Re-reading these old tales is its own reward. Not because (as I once read somewhere) the stories have changed any since we read them last, but because we readers have changed. The twenty-year-old me who first read this tale in 1982 is a distant shadow to the fifty-five-year-old-me typing these worlds, but I can remember feeling sorrow for the Captain’s death, as well as an insider kind of cool for being an original fan of the character, who didn’t need a summary of his adventures.
And I can well remember thinking that death was a far-off thing that I would somehow, impossibly, never have to face, just like the good Captain himself.
At this time in my life, death is real. The best friend of my youth that I read these stories with was claimed by cancer just a couple years ago. I am (I think) in good health, with many years yet to live, but as a male in his fifties still working full-time to support his family I am well aware that I walk in “sniper alley,” with heart attacks and strokes and yes cancer too watching me through the crosshairs. I take comfort in knowing I’ve lived a good life and my passing would be mourned by many (maybe not including Spider-Man, but you can’t have everything).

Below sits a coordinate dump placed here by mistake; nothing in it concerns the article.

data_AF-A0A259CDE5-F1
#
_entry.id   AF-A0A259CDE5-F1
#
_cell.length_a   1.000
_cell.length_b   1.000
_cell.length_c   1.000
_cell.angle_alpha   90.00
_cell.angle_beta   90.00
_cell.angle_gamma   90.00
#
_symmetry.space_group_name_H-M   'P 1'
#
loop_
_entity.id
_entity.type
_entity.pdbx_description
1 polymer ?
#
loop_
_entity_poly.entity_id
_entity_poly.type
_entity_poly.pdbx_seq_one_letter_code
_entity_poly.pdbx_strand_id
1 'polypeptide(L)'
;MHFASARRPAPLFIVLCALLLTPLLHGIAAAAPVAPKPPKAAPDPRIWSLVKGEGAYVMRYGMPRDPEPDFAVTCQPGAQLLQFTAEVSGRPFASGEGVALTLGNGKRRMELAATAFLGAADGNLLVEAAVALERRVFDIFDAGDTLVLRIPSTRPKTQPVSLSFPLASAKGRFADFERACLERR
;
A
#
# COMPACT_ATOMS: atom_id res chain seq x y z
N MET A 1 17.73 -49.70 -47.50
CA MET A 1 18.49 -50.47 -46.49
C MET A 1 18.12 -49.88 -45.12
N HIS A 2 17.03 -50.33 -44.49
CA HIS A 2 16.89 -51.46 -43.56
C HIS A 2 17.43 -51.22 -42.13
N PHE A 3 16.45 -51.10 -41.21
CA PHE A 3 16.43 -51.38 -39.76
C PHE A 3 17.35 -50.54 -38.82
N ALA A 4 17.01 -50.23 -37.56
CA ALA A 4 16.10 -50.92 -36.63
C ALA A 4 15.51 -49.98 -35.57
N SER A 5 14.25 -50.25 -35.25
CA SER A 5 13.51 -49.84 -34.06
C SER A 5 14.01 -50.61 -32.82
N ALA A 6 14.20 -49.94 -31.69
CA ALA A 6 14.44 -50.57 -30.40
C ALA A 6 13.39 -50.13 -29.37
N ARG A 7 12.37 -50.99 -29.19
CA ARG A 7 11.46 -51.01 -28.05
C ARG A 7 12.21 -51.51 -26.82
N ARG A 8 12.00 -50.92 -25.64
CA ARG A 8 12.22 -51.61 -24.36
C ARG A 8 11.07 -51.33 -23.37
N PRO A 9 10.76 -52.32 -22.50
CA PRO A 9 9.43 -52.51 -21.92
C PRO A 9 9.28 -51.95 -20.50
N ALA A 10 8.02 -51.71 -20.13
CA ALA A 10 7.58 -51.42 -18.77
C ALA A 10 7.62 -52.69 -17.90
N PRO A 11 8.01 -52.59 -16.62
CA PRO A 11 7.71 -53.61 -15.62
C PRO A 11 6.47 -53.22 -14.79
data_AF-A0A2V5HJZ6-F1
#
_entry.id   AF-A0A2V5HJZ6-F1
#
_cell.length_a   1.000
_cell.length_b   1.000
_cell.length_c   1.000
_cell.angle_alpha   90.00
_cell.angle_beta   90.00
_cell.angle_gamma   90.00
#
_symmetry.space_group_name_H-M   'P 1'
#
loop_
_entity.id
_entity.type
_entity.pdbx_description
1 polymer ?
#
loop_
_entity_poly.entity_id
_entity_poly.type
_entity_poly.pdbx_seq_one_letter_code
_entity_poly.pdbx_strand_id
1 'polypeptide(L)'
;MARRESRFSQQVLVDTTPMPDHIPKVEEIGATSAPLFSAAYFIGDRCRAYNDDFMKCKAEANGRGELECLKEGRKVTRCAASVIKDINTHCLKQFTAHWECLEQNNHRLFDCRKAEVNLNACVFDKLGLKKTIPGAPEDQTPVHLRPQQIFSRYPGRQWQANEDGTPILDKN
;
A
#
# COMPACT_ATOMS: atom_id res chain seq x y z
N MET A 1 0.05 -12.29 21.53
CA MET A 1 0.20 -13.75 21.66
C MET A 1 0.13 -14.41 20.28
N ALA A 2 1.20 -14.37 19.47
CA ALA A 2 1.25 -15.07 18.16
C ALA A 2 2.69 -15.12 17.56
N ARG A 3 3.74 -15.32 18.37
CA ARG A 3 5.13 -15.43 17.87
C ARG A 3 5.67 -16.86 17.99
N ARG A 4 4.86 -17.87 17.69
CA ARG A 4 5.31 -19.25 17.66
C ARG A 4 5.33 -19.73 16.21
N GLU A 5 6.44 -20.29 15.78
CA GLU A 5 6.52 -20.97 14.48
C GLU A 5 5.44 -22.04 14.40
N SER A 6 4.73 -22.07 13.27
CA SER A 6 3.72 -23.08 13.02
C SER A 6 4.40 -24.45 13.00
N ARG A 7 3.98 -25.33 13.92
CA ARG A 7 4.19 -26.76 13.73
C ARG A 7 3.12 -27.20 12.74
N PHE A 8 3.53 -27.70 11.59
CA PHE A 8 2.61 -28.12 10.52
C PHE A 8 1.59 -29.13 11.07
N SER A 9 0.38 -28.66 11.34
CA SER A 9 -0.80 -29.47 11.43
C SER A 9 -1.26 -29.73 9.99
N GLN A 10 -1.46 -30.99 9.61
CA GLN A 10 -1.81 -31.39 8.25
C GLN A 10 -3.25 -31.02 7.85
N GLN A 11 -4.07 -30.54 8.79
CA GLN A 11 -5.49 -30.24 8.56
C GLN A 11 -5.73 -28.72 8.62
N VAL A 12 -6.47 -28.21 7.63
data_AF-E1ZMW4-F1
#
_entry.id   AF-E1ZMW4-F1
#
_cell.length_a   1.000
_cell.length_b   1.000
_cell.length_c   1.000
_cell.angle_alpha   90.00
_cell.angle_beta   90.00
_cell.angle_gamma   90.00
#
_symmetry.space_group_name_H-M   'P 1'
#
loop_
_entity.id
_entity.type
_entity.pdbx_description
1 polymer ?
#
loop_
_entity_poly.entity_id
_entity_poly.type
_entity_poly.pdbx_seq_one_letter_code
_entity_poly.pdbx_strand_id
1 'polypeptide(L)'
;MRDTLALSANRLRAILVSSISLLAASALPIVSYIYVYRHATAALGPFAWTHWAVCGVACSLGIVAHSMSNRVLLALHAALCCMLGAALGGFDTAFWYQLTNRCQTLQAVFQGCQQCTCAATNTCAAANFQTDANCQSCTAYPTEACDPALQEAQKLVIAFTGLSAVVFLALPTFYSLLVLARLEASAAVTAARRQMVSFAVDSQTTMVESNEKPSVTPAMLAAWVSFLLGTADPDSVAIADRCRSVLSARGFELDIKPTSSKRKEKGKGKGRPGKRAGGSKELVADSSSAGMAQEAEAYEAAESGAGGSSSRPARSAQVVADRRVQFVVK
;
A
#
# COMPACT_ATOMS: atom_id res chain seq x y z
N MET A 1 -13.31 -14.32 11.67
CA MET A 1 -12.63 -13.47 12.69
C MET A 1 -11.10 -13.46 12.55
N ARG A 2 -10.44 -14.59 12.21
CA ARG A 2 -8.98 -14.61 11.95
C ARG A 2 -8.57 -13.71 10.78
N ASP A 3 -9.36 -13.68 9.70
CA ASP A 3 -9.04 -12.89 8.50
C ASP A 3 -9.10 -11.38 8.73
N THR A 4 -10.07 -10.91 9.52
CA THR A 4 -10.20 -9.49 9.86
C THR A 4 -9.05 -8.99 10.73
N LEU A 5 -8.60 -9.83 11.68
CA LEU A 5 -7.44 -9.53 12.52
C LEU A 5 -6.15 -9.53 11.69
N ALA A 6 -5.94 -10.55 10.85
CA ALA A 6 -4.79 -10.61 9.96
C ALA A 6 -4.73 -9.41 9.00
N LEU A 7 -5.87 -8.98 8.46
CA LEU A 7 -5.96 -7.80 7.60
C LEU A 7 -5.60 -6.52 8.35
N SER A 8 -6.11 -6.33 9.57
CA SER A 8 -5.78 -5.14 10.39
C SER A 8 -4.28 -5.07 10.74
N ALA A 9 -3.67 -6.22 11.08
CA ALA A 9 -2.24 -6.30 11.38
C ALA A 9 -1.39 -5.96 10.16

Still I value my life more now than I did in my twenties, and would more greatly regret giving it up, not being able to see what became of my sons, or what children and art they might bring into this world. A fatal bolt from out of the blue would free me from the agony of U.S. politics, and Kim Jon-un’s sparkly new ICBM, and also relieve me of the duty of figuring how to bring Longbox Graveyard to a close … but aside from that, I’m not seeing a lot of upside.
So I wish myself long life, and long life to all my Longbox Graveyard readers, and when our end comes, may we greet it with the spirit of Captain Marvel, the peaceful Kree man of war.
And that end is here in truth for Super-Blog Team-Up, which announces its death with this entry. Please drop around the many other fine blogs in this project to pay your respects:
- Comic Reviews by Walt : Death Of The Mutanimals
- Between The Pages: I Have Been And Always Shall Be Your Friend
- Chris On infinite Earths: Death Of Supergirl